Why would you expect they wouldn't do this? They've done similar things to their contractors for most of their life. You weren't actually dumb enough to fall for their 'Do No Evil' bullshit, were you?

Not surprising. (4, Insightful)

Anonymous Coward | about a year and a half ago | (#41073497)

A few years back I worked at an early TV-over-the-internet company (this was pre-Netflix and the company didn't really catch on as it required set-top boxes).

While my job was fairly mundane (mostly setting up new storage filers), I often had to go into the recording room: studios would send us a bunch of movies, TV shows, etc. on non-copy-protected DVDs and a bunch of staffers would spend all day ripping these DVDs to our storage system. Each staffer had to ensure that the ripping was going well by reviewing all the content on a bank of 24 (6 rows of 4 monitors) small monitors.

About 10% of the content the company hosted (which was responsible for about 90% of its income) was porn. All pretty standard fare, really, particularly for the internet: the worst they had was some mild kink/S&M stuff -- all stuff you could buy at your neighborhood adult shop.

On its own and viewed in moderation, not really a big deal...but the staffers got a little warped after a year in the recording room, particularly when they'd have several monitors of porn, a few monitors of kids movies (e.g. Disney stuff), a few of various movies, etc. It wasn't so much that porn was bad, it was just that the juxtaposition of porn and all the other stuff is a bit off-putting, or so they said. I believe it.

I can't imagine the horrors seen by the content-review people on sites where media is uploaded by the public. Poor bastards.

Admission test (1, Funny)

gmuslera (3436) | about a year and a half ago | (#41073543)

If you manage to take out semantics and feelings from images/videos/etc you could take this job, Mr. Spock

So do Facebook, Microsoft, Yahoo, Myspace, et al (5, Informative)

tangent3 (449222) | about a year and a half ago | (#41073553)

http://www.nytimes.com/2010/07/19/technology/19screen.html [nytimes.com]

The 2-year old article I linked also explains that all Google content reviewers are on one-year contract because of the nature of the work and have access to counseling. From TFA it seems many of these reviewers got the false impression that they would be hired fulltime after completing the one year. Considering that Google seem to have pretty tough hiring process, I'm not surprised that very few of these reviewers get hired fulltime. Their managers must be filthy liars though.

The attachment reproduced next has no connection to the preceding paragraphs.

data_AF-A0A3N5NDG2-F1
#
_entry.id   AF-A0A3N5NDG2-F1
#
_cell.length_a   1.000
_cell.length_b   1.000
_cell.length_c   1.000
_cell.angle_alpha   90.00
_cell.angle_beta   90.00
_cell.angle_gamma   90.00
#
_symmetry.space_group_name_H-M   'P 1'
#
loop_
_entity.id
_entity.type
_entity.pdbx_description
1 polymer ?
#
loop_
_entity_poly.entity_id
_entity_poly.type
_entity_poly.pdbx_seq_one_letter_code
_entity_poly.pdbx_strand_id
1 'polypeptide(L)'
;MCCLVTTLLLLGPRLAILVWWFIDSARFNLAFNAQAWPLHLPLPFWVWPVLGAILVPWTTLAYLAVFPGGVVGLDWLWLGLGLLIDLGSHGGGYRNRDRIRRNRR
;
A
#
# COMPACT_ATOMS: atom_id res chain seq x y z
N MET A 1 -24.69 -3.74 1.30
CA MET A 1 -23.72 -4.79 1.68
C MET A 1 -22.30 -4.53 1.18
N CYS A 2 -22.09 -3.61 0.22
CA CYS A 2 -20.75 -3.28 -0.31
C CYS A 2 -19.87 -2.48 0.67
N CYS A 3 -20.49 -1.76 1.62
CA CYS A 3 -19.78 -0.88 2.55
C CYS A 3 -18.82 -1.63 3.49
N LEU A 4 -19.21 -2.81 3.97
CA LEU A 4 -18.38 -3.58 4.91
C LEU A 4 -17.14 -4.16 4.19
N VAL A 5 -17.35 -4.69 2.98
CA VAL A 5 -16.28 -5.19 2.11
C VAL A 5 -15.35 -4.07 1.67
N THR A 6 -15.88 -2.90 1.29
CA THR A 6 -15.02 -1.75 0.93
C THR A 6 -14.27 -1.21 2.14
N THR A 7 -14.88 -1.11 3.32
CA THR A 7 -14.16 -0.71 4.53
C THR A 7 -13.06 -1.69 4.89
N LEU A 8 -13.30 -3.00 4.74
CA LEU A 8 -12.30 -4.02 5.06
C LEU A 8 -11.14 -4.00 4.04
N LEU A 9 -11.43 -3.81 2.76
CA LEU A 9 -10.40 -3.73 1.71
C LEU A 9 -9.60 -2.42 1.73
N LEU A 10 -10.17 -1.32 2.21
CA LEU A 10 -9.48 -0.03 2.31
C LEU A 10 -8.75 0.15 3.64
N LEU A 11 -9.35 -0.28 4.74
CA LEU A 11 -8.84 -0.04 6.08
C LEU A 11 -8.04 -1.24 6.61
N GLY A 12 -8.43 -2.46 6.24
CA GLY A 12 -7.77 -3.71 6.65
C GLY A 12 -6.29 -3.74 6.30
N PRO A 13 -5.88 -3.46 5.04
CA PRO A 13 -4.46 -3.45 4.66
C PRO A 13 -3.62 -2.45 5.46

Gizmodo is readable suddenly?!? (1)

MSojka (83577) | about a year and a half ago | (#41073599)

Wow ... you can actually read Gizmodo (and related sites, I guess) without JavaScript now. Took them long enough.

Sounds kinda like my volunteer job! (0, Flamebait)

greenreaper (205818) | about a year and a half ago | (#41073613)

I'm a moderator for furry art community Inkbunny [inkbunny.net] in my spare time, and I've seen depictions of everything mentioned in the article and much more besides. However, most of it is permitted under our terms of service - instead, we don't allow human in sexual situations/showing genitals (which are what the laws are targeted at), or general photography (which thankfully avoids most realistic and graphic shock pictures). So the diaper porn stays.

Does it change you? Yeah, I guess. Some of the fetishes are pretty crazy. Rape followed (or preceded) by torture, impalement, or beheadings. People being turning into dirty diapers. Art for those who like to fantasize about eating others - or being eaten. Tentacles galore. Over time you start to blank it out; most just gets a glance as I check it off for humans or other policy violations. All in a day's work. Of course, I can stop any time I like, since I'm not being paid.

(This isn't the experience of every Inkbunny user. We have great tag-based blocking features, but of course as a moderator I can't use them while doing my job.)

I highly doubt (0)

viperidaenz (2515578) | about a year and a half ago | (#41073655)

The contract with Google forced the guy to stay there for a whole year. My contracts generally have a two week notice period for a "no reason needed, we just don't want you anymore" termination.

do you have to watch the whole thing? (0)

Anonymous Coward | about a year and a half ago | (#41073671)

Once you get to a point where you realize it is bad stuff and it needs to be removed, can't you just stop watching? I mean, usually the first second or two is all you need for recognition. Naked person getting under horse -- well I don't need to see anymore to block that. Sure, there's going to be some videos that cut to the chase in the first second, but I think you could save yourself a lot of trauma by lowering your threshold. I'd risk a lot of false-positives for something like my mental stability.